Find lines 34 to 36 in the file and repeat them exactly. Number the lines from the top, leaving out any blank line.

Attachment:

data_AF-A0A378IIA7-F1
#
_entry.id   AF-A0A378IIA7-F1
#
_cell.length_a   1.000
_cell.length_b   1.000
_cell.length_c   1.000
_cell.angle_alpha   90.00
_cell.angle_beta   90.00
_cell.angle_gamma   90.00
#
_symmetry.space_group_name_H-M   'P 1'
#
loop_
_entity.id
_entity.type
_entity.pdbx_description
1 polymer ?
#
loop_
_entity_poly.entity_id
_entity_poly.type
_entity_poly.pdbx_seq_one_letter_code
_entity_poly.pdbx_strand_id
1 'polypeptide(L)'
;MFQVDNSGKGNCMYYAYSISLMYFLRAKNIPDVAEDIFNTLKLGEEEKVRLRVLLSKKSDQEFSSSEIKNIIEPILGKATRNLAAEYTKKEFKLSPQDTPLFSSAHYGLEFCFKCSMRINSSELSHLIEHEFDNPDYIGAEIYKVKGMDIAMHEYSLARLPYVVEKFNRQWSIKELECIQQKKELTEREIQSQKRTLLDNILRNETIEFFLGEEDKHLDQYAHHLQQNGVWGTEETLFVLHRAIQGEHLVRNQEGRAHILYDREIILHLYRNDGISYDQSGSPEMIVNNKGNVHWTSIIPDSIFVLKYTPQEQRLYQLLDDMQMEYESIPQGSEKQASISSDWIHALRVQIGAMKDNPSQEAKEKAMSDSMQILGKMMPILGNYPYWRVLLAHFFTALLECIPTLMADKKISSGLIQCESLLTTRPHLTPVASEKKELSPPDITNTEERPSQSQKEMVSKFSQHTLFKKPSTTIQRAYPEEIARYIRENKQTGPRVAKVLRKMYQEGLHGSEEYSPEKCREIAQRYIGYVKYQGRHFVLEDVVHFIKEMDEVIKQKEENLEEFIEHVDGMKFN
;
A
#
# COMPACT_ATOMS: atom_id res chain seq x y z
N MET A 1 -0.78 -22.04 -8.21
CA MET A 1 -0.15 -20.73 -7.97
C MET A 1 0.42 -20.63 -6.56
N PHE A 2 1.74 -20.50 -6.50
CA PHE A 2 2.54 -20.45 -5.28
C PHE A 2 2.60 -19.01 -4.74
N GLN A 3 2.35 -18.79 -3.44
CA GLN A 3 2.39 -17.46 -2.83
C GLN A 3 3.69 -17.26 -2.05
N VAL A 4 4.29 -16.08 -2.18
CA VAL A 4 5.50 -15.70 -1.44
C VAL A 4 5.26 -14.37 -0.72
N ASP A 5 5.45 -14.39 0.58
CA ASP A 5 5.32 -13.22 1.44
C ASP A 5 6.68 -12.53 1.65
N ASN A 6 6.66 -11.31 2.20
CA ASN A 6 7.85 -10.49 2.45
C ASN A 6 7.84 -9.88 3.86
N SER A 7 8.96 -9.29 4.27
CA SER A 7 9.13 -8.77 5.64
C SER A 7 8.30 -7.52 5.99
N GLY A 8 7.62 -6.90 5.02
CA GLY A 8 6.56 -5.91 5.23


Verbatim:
N PHE A 2 1.74 -20.50 -6.50
CA PHE A 2 2.54 -20.45 -5.28
C PHE A 2 2.60 -19.01 -4.74